DISPLAY = pi3d.Display.create()
    ball = pi3d.Sphere(z=5.0)
    while DISPLAY.loop_running():
      ball.draw()
    

    (Which should work even without python imaging) But.. a real application will need other code to actually do something, for instance to get user input in order to stop the program!

A Very Brief Explanation

The whole idea of pi3d is that you don't have to get involved in too many of the nuts and bolts of how the OpenGL graphics processor works however it might help to get an overview of the layout of pi3d. More detailed explanations can be found in the documentation of each of the modules. Read FAQ before you try anything ambitious or if anything goes wrong, obviously. There is a 3D Graphics Explanation where I try to explain in some more detail what is going on.

Display The Display class is the core and is used to hold screen dimension information, to initiate the graphics functionality and for 'central' information, such as timing, for the animation. There needs to be an instance of Display in existence before some of the other objects are created so it's a good idea to create one first job.

Shape All objects to be drawn by pi3d inherit from the Shape class which holds details of position, rotation, scale as well as specific data needed for drawing the shape. Each Shape contains an array of Buffer objects; normally only containing one but there could be more in complicated models created with external 3D applications.

Buffer The Buffer objects contain the arrays of values representing vertices, normals, faces and texture coordinates in a form that can be quickly read by the graphics processor. Each Buffer object within a Shape can be textured using a different image or shade (RGB) value and, if needed, a different Shader

Shader The Shader class is used to compile very fast programs that are run on the graphics processor. They have two parts: Vertex Shaders that do calculation for each of the vertices of the Buffer and Fragment Shaders applied to each pixel. In pi3d we have kept the shaders out of the main python files and divided them using the two extensions .vs and .fs The shader language is C like, very clever indeed, but rather hard to fathom out.

Camera In order to draw a Shape on the Display the Shader needs to be passed the vertex information in the Buffers and needs know how the Shape has been moved. But it also needs to know how the Camera has moved. The Camera class generally has just one instance and if you do not create one explicitly then Display will generate a default one when you first try to draw something. The Camera has position and rotation information similar to Shapes but also information to create the view, such as how wide-angle or telephoto the lens is.

Texture The Texture objects are used to load images from file into a form that can be passed to the Shader to draw onto a surface. They can also be applied as normal maps to give much finer local detail or as reflection maps - a much faster way to make surfaces look shiny than ray tracing.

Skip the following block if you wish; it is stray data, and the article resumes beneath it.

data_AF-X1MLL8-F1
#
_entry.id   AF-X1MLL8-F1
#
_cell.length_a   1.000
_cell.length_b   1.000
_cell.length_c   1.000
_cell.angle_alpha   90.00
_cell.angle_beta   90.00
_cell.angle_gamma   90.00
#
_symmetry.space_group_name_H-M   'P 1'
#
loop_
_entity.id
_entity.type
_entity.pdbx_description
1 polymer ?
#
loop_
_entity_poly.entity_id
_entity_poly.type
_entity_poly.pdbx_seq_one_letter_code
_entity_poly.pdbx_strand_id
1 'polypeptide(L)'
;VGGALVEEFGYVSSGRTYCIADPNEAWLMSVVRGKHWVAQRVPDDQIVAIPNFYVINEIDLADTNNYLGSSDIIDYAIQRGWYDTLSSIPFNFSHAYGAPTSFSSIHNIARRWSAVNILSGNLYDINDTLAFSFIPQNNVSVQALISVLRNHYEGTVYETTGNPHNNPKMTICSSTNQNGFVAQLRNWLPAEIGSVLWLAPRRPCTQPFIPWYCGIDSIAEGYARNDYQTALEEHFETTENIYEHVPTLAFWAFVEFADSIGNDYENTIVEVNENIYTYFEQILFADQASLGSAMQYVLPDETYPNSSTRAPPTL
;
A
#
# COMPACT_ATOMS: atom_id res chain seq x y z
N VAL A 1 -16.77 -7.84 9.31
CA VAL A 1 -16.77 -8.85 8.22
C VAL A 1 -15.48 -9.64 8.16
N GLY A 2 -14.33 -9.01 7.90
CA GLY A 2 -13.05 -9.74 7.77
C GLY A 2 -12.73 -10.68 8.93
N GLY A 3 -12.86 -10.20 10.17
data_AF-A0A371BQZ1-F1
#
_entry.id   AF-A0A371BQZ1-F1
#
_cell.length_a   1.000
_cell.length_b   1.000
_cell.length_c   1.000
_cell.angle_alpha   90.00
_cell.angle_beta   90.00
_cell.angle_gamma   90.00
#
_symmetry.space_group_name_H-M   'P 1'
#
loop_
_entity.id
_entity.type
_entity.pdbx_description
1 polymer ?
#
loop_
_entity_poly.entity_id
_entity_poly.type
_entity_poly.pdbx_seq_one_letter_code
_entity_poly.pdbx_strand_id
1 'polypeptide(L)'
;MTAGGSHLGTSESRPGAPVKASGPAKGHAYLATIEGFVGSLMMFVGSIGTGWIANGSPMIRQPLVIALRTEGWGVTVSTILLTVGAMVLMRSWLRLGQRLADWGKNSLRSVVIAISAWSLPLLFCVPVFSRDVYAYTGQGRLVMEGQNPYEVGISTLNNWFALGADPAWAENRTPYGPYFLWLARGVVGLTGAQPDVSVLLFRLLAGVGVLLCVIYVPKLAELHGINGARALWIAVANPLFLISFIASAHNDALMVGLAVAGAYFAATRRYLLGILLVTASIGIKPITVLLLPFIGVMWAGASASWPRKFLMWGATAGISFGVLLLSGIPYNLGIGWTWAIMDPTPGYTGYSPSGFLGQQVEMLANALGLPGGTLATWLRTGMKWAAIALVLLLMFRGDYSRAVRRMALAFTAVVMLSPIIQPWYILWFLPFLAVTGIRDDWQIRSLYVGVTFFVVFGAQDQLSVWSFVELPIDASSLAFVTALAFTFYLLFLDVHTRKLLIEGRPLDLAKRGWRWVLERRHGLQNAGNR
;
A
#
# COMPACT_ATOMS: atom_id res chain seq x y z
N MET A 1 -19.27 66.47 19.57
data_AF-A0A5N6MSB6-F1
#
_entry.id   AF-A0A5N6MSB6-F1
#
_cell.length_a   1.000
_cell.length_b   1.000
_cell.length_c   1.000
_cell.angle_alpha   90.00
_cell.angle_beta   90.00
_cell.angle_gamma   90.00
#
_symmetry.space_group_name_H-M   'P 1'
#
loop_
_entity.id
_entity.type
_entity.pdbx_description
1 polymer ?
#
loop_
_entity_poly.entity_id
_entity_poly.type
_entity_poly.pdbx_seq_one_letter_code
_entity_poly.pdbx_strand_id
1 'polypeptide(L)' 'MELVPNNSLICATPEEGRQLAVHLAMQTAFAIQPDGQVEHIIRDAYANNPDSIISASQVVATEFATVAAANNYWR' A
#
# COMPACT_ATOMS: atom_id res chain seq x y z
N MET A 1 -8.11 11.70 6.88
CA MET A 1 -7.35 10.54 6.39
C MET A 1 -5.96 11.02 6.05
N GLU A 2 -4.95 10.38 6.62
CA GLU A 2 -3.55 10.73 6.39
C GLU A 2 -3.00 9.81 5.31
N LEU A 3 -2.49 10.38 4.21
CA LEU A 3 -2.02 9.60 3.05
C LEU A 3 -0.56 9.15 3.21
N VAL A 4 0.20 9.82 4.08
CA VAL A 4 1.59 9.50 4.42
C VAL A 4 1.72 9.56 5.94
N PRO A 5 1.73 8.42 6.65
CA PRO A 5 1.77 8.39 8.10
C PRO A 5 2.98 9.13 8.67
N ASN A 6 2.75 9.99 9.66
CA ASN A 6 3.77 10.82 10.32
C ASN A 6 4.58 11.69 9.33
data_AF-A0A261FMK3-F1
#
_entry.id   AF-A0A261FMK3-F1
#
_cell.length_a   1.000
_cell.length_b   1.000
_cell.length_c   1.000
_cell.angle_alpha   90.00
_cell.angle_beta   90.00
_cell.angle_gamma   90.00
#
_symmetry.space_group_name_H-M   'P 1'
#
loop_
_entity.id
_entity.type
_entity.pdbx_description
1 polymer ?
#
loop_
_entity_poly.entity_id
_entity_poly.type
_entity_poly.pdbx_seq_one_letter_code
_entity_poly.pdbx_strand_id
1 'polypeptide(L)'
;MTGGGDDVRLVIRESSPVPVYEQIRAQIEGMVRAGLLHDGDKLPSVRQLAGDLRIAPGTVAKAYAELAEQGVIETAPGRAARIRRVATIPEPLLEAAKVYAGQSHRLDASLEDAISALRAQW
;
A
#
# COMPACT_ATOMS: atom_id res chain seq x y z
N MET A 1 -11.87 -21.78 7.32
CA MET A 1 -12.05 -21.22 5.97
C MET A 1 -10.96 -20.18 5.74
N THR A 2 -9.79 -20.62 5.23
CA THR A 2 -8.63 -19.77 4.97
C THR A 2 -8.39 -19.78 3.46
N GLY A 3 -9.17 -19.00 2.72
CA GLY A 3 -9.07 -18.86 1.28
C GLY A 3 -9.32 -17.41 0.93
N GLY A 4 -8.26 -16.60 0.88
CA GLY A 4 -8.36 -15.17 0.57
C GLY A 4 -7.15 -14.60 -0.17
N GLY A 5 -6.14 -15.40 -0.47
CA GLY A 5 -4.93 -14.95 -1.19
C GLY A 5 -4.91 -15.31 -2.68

Light To produce a 3D appearance most of the Shaders use directional lighting and if you draw a Shape without creating a Light a default instance will be created by the Display. The Light has properties defining the direction, the colour (and strength i.e. RGB values) and ambient colour (and strength).

Although drawing a Shape requires references to Shader, Light and Camera objects, default instances will be created automatically if they are not specified (as in the example minimal code above)

When you look through the demos you will see one or two things that may not be immediately obvious. All the demos start with:

#!/usr/bin/python
from __future__ import absolute_import, division, print_function, unicode_literals

Although these lines can often be left out, the first tells any process running the file as a script that it's python and the second is basically to help the transition of this code to run using python 3:

import demo

Allows the demo files to be put in a different location from pi3d but still run. If you install pi3d using pip or python setup.py install then you can take this out:

import pi3d

Is an alternative to importing just what you need i.e.:

from pi3d.constants import *
from pi3d import Display
from pi3d.Texture import Texture
from pi3d.Keyboard import Keyboard
from pi3d.Light import Light
from pi3d.Shader import Shader
from pi3d.util.String import String
...
from pi3d.shape.Sphere import Sphere
from pi3d.shape.Sprite import Sprite

If you import the whole lot using import pi3d then you need to prefix classes and functions with pi3d. A third way to import the modules would be to use from pi3d import * this saves having to use the pi3d. prefix but is much harder to debug if there is a name conflict.

Documentation

Please note that pi3d functions may change significantly during its development.

Bug reports, comments, feature requests and fixes are most welcome!

Please email on pi3d@googlegroups.com or contact us through the Raspberry Pi forums or on http://pi3d.github.com/html/index.html

Acknowledgements

pi3d started with code based on Peter de Rivaz 'pyopengles' (https://github.com/peterderivaz/pyopengles) with some tweaking from Jon Macey's code (jonmacey.blogspot.co.uk/2012/06/).

Many Thanks, especially to Peter de Rivaz, Jon Macey, Richar Urwin, Peter Hess, David Wallin, Avishay Orpaz (avishorp), Guenter Kreidl, Benjamin Denozière and others who have contributed to pi3d - keep up the good work!

PLEASE READ LICENSING AND COPYRIGHT NOTICES ESPECIALLY IF USING FOR COMMERCIAL PURPOSES